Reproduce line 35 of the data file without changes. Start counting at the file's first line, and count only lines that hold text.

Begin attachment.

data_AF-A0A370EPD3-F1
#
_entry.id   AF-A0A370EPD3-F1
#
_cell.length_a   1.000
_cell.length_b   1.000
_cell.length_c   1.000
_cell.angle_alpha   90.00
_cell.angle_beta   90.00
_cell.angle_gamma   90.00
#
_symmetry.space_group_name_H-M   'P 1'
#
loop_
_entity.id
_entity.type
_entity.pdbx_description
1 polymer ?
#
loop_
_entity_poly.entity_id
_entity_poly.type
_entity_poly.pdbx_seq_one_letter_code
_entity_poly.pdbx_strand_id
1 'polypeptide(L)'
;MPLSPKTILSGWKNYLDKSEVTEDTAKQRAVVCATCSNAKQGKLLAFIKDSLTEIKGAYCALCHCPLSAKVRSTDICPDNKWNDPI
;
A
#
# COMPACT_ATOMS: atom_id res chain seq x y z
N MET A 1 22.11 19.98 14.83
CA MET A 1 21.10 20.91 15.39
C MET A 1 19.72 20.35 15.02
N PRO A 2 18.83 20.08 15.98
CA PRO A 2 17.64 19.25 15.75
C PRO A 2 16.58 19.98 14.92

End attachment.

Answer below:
CA PRO A 2 17.64 19.25 15.75